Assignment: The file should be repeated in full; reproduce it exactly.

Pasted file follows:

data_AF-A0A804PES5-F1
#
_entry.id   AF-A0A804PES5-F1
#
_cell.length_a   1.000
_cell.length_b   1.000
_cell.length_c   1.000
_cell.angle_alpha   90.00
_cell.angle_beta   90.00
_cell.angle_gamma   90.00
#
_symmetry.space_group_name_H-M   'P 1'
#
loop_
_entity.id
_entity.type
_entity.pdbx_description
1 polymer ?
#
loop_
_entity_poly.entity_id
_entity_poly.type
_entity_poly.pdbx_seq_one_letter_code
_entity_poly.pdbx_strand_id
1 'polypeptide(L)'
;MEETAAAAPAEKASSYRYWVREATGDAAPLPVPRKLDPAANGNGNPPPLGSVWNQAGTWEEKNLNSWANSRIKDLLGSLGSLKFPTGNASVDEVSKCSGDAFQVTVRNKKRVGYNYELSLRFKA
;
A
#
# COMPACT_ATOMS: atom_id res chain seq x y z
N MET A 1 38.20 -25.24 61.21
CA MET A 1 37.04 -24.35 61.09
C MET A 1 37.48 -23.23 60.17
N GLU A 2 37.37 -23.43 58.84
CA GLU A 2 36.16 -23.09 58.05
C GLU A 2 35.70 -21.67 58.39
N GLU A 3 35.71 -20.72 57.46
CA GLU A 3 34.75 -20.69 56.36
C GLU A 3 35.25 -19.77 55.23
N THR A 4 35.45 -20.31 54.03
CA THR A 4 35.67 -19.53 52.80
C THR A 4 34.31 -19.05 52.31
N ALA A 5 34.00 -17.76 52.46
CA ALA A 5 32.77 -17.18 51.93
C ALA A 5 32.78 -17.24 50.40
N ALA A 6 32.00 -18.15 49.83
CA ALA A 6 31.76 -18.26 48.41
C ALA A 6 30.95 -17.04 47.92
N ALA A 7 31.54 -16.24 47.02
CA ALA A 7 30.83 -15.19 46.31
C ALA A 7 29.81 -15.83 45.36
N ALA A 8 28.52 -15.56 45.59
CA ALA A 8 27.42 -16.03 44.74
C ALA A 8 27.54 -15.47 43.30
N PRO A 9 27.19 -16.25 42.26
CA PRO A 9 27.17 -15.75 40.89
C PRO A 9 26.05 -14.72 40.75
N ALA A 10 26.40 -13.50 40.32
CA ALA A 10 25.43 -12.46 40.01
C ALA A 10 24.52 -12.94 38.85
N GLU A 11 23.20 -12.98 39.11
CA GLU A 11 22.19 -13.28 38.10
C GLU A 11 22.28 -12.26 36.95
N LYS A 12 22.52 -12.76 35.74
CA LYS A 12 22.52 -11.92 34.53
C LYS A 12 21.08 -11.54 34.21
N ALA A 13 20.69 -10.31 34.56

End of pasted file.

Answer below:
data_AF-A0A804PES5-F1
#
_entry.id   AF-A0A804PES5-F1
#
_cell.length_a   1.000
_cell.length_b   1.000
_cell.length_c   1.000
_cell.angle_alpha   90.00
_cell.angle_beta   90.00
_cell.angle_gamma   90.00
#
_symmetry.space_group_name_H-M   'P 1'
#
loop_
_entity.id
_entity.type
_entity.pdbx_description
1 polymer ?
#
loop_
_entity_poly.entity_id
_entity_poly.type
_entity_poly.pdbx_seq_one_letter_code
_entity_poly.pdbx_strand_id
1 'polypeptide(L)'
;MEETAAAAPAEKASSYRYWVREATGDAAPLPVPRKLDPAANGNGNPPPLGSVWNQAGTWEEKNLNSWANSRIKDLLGSLGSLKFPTGNASVDEVSKCSGDAFQVTVRNKKRVGYNYELSLRFKA
;
A
#
# COMPACT_ATOMS: atom_id res chain seq x y z
N MET A 1 38.20 -25.24 61.21
CA MET A 1 37.04 -24.35 61.09
C MET A 1 37.48 -23.23 60.17
N GLU A 2 37.37 -23.43 58.84
CA GLU A 2 36.16 -23.09 58.05
C GLU A 2 35.70 -21.67 58.39
N GLU A 3 35.71 -20.72 57.46
CA GLU A 3 34.75 -20.69 56.36
C GLU A 3 35.25 -19.77 55.23
N THR A 4 35.45 -20.31 54.03
CA THR A 4 35.67 -19.53 52.80
C THR A 4 34.31 -19.05 52.31
N ALA A 5 34.00 -17.76 52.46
CA ALA A 5 32.77 -17.18 51.93
C ALA A 5 32.78 -17.24 50.40
N ALA A 6 32.00 -18.15 49.83
CA ALA A 6 31.76 -18.26 48.41
C ALA A 6 30.95 -17.04 47.92
N ALA A 7 31.54 -16.24 47.02
CA ALA A 7 30.83 -15.19 46.31
C ALA A 7 29.81 -15.83 45.36
N ALA A 8 28.52 -15.56 45.59
CA ALA A 8 27.42 -16.03 44.74
C ALA A 8 27.54 -15.47 43.30
N PRO A 9 27.19 -16.25 42.26
CA PRO A 9 27.17 -15.75 40.89
C PRO A 9 26.05 -14.72 40.75
N ALA A 10 26.40 -13.50 40.32
CA ALA A 10 25.43 -12.46 40.01
C ALA A 10 24.52 -12.94 38.85
N GLU A 11 23.20 -12.98 39.11
CA GLU A 11 22.19 -13.28 38.10
C GLU A 11 22.28 -12.26 36.95
N LYS A 12 22.52 -12.76 35.74
CA LYS A 12 22.52 -11.92 34.53
C LYS A 12 21.08 -11.54 34.21
N ALA A 13 20.69 -10.31 34.56